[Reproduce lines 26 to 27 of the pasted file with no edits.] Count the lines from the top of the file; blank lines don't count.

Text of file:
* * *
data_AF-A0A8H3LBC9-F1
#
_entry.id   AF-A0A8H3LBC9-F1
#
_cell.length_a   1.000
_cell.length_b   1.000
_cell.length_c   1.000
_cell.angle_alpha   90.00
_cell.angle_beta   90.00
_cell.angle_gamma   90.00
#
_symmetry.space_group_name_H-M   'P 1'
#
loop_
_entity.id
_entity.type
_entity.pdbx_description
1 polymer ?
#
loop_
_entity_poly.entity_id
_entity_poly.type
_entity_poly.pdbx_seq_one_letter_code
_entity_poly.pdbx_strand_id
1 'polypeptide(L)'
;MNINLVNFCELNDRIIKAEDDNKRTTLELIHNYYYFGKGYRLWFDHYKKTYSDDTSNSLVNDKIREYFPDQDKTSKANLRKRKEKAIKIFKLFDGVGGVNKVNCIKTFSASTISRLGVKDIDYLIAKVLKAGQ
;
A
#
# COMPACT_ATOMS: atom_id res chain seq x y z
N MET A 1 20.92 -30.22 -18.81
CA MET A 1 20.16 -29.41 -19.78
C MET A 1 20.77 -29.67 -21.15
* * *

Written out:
;MNINLVNFCELNDRIIKAEDDNKRTTLELIHNYYYFGKGYRLWFDHYKKTYSDDTSNSLVNDKIREYFPDQDKTSKANLRKRKEKAIKIFKLFDGVGGVNKVNCIKTFSASTISRLGVKDIDYLIAKVLKAGQ
;